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Defending The Ad Net Model; US Not Always The Sensible Strategy; And A Note On Industry Layoffs
In Defence Of the Ad Net Model
Last week FPC was called a “SaaS fascist” in a WhatsApp exchange with one of our LPs. Just for the record: FPC is neither a fascist nor a “SaaS fascist”.
The person in question was of course joking. Regardless, it is worth discussing again the “recurring" versus "occurring” revenue argument in relation to investment in MadTech startups - and the growing importance of ad nets to investors.
When we talk about “occurring” revenue we are generally talking about the ad network segment (“recurring” is more common in SaaS).
Despite being the greatest commercial model in the history of ad tech, ad nets get a very bad rap - mostly because of perceived value and partly because of the “party culture” (that infamous AOL party, the peak) that fuelled the pre-programmatic ad net vintage.
Programmatic, we were told, would wipe the ad net from the face of the earth, but as ever they managed to evolve, using programmatic to add new value to agencies and marketers.
Ad nets were also notoriously difficult to sell to acquirers. Most were seen as a “lifestyle” business, effectively a money earner for founders. Few strategic buyers looked to acquire out-and-out IO-based ad nets.
The ones that ventured into public markets flamed out in the most spectacular way. It was an M&A dumpster fire of epic proportions.
Oh, how things have changed. In a fragmented market (id/cookie deprecation et al), ad nets are a go-to for buyers particularly in emerging channels.
Having been shunned by buyers for years, ad nets are commanding a premium price tag - as PE specifically goes hunting for growth opportunities.
Our M&A tracker data (link available on request) for the twelve months of 2022 supports this trend. Out of the fourteen $100 million+ deals in Europe, seven were out-and-out ad networks.
And who were the buyers? Private equity, mostly. PE ♥️ THE AD NET.
Why does this matter to our investors? Well, the fund is investing in a few managed service businesses that will return money.
We like them because they can get to profitability quicker and they make money (which is attractive to PE).
So, what is FPC looking for in a managed solution?
Preferably, it has some sort of tech/ commercial moat. Generalist ad nets are a hard NO for us. There can only be one MIQ (the omni-channel trading GOAT)
We like ad nets that have technology or have a focus on a specific media channel with a well-oiled managed service commercial model.
Margins need to be toppy, as PE (the only realistic path to an exit) is ultimately buying profit.
The commercial team needs the best agency sales people in the market - as in the kind that are close personal friends with the real power brokers in ad tech (ie, the holding group trading directors).
In summary: FPC will invest more in the ever enduring - and evolving - ad net model.
You Really Don't Have To Go All-In On The US
It’s funny how horizontal VCs, who know very little about ad tech or martech, seem to use US expansion as a requisite for funding. They can’t see past the US - a product of a pervasive failed investment thesis.
FPC has seen some spectacular flame-outs over the years, as European ad tech has tried to beat well-capitalised US companies in their own market.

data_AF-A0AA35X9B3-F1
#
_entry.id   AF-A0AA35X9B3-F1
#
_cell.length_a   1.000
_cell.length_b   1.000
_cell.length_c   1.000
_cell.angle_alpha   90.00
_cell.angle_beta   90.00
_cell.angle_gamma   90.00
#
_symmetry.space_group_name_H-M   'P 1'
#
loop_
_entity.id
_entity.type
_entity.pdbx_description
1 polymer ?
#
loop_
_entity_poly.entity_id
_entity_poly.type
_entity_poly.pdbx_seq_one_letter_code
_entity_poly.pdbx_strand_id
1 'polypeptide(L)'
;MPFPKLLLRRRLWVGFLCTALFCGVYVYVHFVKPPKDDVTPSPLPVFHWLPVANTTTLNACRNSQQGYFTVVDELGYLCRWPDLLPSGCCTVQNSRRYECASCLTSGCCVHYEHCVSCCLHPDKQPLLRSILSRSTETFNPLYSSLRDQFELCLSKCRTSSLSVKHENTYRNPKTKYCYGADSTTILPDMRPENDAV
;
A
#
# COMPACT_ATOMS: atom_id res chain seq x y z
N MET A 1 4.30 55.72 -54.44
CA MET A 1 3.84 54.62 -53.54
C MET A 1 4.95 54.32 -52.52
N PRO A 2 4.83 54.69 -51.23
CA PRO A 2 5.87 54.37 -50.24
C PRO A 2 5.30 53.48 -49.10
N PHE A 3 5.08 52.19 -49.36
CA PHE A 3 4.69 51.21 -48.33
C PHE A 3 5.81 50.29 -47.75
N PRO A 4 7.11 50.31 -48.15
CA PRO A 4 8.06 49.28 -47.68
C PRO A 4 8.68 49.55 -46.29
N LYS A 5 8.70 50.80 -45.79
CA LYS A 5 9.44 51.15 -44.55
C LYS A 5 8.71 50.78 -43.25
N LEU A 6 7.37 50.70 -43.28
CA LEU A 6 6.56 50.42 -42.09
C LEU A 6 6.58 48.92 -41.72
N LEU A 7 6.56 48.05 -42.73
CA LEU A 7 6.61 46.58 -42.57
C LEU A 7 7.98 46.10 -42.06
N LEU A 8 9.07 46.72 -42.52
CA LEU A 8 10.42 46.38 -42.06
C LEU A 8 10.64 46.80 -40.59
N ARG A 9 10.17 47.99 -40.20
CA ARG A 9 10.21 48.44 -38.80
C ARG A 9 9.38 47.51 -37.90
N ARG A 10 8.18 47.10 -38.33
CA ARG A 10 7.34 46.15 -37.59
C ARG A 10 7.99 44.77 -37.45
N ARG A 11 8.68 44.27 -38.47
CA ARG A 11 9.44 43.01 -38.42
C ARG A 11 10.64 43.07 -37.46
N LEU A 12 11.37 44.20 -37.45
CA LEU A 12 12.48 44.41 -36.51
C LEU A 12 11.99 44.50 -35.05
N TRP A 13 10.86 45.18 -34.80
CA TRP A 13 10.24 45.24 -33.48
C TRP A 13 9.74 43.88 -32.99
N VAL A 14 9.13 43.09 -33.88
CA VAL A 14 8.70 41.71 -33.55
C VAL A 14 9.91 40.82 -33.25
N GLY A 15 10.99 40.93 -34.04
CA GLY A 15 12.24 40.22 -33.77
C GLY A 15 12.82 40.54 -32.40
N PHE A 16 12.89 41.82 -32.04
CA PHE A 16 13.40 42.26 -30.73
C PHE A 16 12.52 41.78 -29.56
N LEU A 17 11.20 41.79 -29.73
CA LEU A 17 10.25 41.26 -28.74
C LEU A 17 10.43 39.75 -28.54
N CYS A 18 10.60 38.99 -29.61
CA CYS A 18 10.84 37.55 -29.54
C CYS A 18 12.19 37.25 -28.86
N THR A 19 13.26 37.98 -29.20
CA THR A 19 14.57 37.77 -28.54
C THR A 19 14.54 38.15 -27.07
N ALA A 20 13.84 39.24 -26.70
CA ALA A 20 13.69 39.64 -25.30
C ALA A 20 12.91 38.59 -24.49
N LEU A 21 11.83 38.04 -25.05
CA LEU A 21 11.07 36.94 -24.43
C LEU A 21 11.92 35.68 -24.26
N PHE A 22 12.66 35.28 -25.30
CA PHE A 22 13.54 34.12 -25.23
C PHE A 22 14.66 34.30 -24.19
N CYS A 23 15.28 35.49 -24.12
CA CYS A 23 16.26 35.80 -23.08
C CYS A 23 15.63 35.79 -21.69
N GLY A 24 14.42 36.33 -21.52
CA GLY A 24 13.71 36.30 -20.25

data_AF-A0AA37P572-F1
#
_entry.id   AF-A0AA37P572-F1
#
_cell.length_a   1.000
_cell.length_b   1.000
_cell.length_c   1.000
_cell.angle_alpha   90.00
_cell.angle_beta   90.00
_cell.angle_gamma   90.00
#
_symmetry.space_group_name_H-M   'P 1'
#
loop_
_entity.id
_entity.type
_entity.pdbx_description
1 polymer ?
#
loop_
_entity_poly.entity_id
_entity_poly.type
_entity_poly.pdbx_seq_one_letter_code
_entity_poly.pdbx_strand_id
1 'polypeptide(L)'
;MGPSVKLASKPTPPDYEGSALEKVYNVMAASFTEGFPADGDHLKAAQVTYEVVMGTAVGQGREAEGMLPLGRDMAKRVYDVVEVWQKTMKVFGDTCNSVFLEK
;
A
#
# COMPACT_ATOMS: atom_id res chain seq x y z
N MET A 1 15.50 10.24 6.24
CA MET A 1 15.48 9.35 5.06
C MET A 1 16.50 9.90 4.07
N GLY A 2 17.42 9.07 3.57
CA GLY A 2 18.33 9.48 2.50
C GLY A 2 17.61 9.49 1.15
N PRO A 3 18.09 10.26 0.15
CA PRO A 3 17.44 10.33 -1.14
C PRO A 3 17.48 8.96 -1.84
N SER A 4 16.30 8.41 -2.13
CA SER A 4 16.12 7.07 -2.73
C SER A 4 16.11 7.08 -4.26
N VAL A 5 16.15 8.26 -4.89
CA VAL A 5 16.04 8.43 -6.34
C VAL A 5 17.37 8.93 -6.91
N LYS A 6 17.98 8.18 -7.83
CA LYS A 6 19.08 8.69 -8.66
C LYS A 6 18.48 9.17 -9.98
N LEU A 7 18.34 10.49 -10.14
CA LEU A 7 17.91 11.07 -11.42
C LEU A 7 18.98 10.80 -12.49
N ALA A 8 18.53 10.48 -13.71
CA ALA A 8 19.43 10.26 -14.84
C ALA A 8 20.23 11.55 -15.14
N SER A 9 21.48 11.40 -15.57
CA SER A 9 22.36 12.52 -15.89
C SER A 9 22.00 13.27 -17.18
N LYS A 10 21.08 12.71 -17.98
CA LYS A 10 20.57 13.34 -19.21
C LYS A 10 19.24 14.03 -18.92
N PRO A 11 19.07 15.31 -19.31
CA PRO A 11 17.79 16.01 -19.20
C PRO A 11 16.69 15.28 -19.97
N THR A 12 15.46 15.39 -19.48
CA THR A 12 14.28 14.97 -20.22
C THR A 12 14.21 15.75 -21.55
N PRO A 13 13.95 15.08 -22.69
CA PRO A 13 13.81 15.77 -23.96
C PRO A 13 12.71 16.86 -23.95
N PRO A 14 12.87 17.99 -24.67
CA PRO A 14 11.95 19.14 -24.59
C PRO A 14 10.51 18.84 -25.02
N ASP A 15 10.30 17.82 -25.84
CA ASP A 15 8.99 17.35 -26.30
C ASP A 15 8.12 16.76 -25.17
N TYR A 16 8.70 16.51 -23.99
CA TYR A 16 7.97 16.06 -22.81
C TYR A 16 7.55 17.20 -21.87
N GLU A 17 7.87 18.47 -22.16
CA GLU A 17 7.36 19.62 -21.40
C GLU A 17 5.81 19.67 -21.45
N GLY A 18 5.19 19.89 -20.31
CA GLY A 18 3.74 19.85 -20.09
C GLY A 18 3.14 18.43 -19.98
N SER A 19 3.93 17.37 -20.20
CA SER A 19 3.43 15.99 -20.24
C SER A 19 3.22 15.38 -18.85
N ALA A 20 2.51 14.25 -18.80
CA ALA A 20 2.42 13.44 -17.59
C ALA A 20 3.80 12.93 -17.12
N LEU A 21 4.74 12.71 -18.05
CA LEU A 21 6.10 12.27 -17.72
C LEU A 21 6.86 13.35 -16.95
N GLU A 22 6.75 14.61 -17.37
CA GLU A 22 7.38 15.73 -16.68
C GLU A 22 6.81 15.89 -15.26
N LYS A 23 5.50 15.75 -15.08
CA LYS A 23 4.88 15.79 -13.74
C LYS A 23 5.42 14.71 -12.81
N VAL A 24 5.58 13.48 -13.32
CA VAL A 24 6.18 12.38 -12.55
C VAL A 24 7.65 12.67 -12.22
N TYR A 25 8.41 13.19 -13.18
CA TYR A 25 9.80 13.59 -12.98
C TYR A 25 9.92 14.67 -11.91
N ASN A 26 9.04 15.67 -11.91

In general, it’s a terrible idea trying to win the US market. There are however exceptions to the rule: you have a genuine category winner (Grapeshot being a perfect example); or you are building market share using your own healthy cash flow (cc MIQ).
The market is now very different for ad tech. ID/cookie deprecation, privacy and local hero walled gardens are the reality outside the US.
For founders facing this US request at the series A fundraising stage, it might be worth giving your investors an overview of the new market realities, which we outlined in a previous post about MadTech deglobalisation:
Here is the FPC hot take on how investors should be looking at MadTech market opportunities:
The US, the ultimate monolithic media market that’s increasingly out-of-step on privacy-first innovation and global fragmentation.
Europe, the privacy moat that makes it impossible for legacy IDs and 3p cookies to work at scale.
And APAC/MENA/LATAM, fragmented mobile-first markets, building their own flavour of MadTech particularly around online commerce (social, live and conversational).
A Few Thoughts On Helping Industry Colleagues
LinkedIn has become a haven for virtue signalling. The feed is effectively a Facebook-lite for professionals.
Instead of quality content and recommendations, we are at the whim of the virtual soapbox warrior.
The latest virtue signalling trend on LinkedIn is the “Jobs Jesus”. We generally see this at the time of a big layoff - the optimum opportunity to score maximum virtue signalling points.
The mawkish post typically offers support and “thoughts and prayers” for the thousands of people that have been laid off.
For those engaging in this practice, it really isn’t necessary. Even if it is well intentioned, it comes across as a little crass and condescending.
The (relative) good news for those unfortunate ad tech people laid off is that there are lots of opportunities on the market.
Many of our portfolio companies are hiring as are new employers - beyond the usual Google, Facebook ilk - that are looking for skilled ad tech sales, account management, product and ops professionals.
It’s a terrible situation to be in. But for those who have recently lost their jobs, you’ll find there is demand for your skills on the market.
The advice here to everyone else: avoid the LinkedIn post; and instead reach out to laid-off people you know and try to help in any way you can.
Have a great weekend, readers.